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Published On: December 14, 2017 08:07 AM NPT By: Republica

KIMFF 2017 through directors’ eyes

KIMFF 2017 through directors’ eyes

KATHMANDU, Dec14: More than 70 films from 37 countries will be screened at the 15th edition of Kathmandu International Mountain Film Festival (KIMFF) from December 14-18 at QFX Kumari Cinemas, Kamalpokhari. Organized by Himal Association and promoted by Nepal Tourism Board, KIMFF will feature 15 films in international competition and 48 films in the non-competitive section.

The festival will showcase documentaries, fiction, shorts, experimental films and animation. It will also feature films on adventure sports, mountaineering, lost cultures, migration, ancient lifestyles, burning social, environmental and conservation issues that affect highland communities worldwide.
This year, the jury members for the festival include– Joanna Croston from Banff Mountain Film Festival Canada, filmmaker Kesang Tseten from Nepal, and filmmaker/editor Reena Mohan from India. Reena will also make a presentation focusing on the specifics of editing documentary films. 
To know more on the work front, My City’s Sonam Lama talked to the Nepali short-film makers participating at KIMFF.

Rajesh Prasad Khatri 

Tell us in brief about your short film ‘Jaalgedi’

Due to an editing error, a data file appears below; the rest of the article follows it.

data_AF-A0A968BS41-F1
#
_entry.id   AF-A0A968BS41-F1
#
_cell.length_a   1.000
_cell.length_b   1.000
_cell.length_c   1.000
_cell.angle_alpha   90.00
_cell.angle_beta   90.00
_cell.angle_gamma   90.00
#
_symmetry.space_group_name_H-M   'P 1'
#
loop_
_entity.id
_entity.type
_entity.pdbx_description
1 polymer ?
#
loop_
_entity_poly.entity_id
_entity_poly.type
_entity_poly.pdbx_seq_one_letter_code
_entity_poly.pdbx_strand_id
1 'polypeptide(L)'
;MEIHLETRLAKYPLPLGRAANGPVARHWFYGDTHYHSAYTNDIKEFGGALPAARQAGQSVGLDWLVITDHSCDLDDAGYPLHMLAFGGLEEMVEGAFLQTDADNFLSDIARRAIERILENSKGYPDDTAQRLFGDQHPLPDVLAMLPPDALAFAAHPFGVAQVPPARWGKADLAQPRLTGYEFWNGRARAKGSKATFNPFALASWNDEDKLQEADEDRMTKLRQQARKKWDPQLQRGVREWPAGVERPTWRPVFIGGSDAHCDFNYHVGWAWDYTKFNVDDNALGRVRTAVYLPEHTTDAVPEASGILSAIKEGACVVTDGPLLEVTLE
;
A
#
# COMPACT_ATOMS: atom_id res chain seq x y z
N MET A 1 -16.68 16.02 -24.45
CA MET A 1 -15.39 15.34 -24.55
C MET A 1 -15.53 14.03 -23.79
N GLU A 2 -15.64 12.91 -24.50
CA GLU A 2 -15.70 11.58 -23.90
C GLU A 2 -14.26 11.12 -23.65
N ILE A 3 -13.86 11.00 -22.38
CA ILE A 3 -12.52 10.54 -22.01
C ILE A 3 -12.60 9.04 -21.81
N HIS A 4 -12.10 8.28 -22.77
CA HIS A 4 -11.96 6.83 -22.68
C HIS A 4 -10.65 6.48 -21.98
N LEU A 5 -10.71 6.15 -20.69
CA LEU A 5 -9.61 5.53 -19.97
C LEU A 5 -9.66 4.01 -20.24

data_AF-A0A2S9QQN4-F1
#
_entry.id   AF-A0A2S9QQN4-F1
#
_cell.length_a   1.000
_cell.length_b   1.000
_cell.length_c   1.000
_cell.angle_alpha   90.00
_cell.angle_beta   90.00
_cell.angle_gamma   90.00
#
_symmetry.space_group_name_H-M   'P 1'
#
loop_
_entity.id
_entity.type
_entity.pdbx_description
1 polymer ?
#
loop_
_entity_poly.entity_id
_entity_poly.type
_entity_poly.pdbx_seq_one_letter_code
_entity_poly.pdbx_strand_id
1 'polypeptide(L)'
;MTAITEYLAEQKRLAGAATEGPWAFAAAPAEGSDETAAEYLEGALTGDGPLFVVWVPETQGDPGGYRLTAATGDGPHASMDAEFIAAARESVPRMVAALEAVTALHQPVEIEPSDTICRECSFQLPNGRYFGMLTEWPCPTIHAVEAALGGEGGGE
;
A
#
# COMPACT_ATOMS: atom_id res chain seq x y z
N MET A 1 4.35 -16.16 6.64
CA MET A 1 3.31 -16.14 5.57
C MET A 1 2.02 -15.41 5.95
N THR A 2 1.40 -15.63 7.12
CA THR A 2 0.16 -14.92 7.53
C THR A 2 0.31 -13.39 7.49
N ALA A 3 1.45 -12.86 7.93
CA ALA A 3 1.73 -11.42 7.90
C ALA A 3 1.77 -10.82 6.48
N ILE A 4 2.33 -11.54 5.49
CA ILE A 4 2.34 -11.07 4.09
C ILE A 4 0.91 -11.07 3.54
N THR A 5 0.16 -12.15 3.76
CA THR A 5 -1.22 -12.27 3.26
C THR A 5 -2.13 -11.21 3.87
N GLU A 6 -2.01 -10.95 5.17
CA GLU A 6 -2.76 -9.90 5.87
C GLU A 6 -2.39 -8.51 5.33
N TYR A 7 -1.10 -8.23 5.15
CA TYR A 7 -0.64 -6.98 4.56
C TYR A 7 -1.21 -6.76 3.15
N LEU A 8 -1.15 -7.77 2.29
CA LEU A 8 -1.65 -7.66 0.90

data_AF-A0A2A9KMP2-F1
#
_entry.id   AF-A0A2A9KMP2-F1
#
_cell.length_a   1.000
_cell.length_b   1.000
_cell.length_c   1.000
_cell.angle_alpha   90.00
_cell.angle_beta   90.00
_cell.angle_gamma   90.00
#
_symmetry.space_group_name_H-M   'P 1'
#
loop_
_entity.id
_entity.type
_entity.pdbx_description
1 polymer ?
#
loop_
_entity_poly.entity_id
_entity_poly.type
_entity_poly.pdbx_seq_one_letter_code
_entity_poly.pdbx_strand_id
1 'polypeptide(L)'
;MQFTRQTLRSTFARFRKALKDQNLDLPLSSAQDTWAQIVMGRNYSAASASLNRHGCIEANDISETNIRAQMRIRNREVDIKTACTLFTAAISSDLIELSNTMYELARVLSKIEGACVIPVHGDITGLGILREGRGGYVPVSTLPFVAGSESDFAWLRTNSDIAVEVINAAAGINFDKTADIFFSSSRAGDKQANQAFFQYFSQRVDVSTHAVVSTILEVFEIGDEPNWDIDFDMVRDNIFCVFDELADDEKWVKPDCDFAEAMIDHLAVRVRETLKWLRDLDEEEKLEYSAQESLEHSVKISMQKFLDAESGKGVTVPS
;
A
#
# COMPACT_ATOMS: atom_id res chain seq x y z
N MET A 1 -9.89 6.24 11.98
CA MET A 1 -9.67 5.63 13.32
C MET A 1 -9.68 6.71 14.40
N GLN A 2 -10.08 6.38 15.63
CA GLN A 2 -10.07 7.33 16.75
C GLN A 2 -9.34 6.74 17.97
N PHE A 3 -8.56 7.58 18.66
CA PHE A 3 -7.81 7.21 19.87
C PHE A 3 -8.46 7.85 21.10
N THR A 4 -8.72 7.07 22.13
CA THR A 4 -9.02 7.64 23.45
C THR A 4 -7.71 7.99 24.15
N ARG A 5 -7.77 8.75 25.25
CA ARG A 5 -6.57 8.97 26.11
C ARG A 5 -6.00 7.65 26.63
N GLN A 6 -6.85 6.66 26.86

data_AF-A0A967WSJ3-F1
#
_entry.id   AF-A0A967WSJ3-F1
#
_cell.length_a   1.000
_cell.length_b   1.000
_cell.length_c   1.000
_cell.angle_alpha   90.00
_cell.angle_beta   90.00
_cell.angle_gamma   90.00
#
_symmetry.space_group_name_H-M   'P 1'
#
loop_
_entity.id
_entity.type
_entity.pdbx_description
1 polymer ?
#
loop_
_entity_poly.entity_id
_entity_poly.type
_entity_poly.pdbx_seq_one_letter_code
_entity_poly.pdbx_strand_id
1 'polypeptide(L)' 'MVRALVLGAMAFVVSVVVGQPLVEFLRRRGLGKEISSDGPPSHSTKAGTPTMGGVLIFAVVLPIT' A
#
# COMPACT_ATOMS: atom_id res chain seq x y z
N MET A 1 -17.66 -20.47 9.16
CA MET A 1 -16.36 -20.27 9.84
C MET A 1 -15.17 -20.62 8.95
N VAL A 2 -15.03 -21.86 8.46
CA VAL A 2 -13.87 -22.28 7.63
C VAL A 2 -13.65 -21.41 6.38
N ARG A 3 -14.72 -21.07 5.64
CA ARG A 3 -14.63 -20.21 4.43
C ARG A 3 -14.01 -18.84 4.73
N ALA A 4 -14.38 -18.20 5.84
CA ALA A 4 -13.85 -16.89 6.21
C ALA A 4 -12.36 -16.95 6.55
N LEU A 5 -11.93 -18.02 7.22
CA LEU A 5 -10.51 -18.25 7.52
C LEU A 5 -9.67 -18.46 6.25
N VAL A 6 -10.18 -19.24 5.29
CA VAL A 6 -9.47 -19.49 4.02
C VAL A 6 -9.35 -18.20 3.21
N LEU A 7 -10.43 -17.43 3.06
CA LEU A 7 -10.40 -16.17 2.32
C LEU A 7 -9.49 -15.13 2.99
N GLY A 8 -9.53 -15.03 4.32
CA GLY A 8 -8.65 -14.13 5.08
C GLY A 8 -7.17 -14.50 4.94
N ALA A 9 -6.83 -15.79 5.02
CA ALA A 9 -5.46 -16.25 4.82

‘Jaalgedi’ is the story of an 11-year-old girl from Mugu who has to go through a problematic consequence after she fails to perform her daily chores and responsibilities. The story revolves around how the definition of happiness is not absolute and permanent and how fulfilling one’s responsibility is crucial.

What drew you to directing short films?
My fascination to film making got stronger while working in theater for many years. I worked under the assistance of Min Bahadur Bham and as a production manager in the making of ‘Kalo Pothi’, which also inspired me to continue my journey in filmmaking.

What challenges did you come across in course of directing ‘Jaalgedi’?
Being filmed in Mugu, geographical barriers were always there. However, being a learner myself I had to struggle in the technical grounds of film making. However, I am glad that everything went according to plan.

What are your expectations with your film being screened?
I am grateful that my film is going to get screened at KIMFF. I have yet to grow in many respects as a filmmaker. I am excited and hope to grow better by watching movies at KIMFF. 

Subarna Thapa

Tell us in brief about your short film ‘Kokh’.

‘Kokh’ evokes the reflection of women empowerment and their capacity to take stand in our patriarchal society. It’s all about the choice that an individual can make or take. It is a question about motherhood and being loved.

What drew you to directing short films?

I prefer short-film format in order to share personal stories and reach large public with dense story structure and less financial burden. Since there is a huge liberty of expression and innovating narrative chances in this format, I find myself experimenting more in short filmmaking.

What challenges did you come across in course of directing ‘Kokh’?

I think challenges are the first factor that motivates an artist to perform one’s best. Especially in audio-visual or in cinema, financial aspect raises many questions on whether the investment is worthy or not or how to convince a potential producer to get in your project. In ‘Kokh’ I have applied my experience to get things working in my way.